Six By Seven headlined the third of four nights celebrating Mantra Records’ 5th birthday.
Rock of Travolta opened with an alluring noisefest. Named like an action movie, this band looked like librarians and played like superheroes. They earnestly conducted the marriage of Sonic Youth to the star of the school orchestra.
Indie rockers Parva brought diversity inspired by some of the finer pop traditions. From cheerful, ’60s-style tunes reminiscent of The Monkees, they shifted to space-age freneticism, fuzzy effects and hysterical climaxes.
Six By Seven lived up to their reputation for sheer weight, but would have disappointed anyone expecting hard rock. Pompous song titles and massive volume did not compensate for a lack of fervour. Seemingly dispassionate, Six By Seven displayed no lust for life – or death.
The band maintained a moody, sullen demeanour. They looked bored, effused tedium. Their dark dirges smacked of regurgitated teen angst. These ageing adolescents did not convince.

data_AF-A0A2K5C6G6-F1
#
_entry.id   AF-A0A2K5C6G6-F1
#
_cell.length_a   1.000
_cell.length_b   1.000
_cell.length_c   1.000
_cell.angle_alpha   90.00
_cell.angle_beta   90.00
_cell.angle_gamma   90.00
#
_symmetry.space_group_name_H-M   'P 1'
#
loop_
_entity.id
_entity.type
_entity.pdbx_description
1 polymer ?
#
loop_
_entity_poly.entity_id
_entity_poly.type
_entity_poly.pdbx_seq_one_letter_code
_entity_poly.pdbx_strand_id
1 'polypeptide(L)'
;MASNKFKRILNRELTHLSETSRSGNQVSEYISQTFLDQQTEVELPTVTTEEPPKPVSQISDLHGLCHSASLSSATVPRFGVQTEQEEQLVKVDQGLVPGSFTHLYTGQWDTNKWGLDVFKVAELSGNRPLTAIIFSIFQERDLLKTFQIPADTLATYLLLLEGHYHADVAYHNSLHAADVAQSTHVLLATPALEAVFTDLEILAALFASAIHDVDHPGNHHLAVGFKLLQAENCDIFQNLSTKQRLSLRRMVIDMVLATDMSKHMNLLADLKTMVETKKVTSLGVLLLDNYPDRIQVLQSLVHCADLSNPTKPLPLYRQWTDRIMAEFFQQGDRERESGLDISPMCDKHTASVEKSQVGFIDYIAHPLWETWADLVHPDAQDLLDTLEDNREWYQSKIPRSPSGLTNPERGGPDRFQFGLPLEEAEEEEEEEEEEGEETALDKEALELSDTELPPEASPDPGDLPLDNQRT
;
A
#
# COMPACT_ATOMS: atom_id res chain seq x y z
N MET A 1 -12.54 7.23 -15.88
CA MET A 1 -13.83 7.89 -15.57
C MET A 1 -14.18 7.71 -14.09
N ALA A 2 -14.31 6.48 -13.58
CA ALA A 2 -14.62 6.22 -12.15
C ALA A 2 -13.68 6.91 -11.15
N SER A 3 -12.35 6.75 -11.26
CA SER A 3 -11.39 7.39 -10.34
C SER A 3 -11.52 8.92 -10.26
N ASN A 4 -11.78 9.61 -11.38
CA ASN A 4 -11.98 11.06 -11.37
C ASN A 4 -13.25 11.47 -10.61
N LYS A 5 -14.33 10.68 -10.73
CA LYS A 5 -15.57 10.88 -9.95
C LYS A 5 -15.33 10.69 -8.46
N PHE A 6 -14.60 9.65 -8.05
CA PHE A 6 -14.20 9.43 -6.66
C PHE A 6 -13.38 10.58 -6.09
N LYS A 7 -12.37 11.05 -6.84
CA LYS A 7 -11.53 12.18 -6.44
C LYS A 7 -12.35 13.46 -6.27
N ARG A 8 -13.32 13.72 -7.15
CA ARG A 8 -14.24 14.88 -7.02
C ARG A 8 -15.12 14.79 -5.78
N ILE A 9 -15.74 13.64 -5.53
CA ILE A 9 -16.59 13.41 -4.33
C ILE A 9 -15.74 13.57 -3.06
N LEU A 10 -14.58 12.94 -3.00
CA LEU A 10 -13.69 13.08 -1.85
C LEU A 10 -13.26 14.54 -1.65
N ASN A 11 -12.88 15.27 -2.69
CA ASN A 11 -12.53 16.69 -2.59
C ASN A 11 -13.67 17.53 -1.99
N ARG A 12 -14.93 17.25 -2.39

Firmly rooted in the ’80s, Six By Seven seemed to derive their sound from the more enigmatic bands of that decade. The debt to Sisters of Mercy, Depeche Mode and The Mission was apparent, but comparisons would not do justice to those heavyweights of sinister rock. Six By Seven lacked the musicality, depth, delicacy and emotion which the others have conveyed. Where other bands would have been melodious in their misery, Six By Seven were monotone and overbearing.
Bombastic, shallow and one-dimensional, Six By Seven were upstaged by the support acts who were sincere, believable and impressively versatile.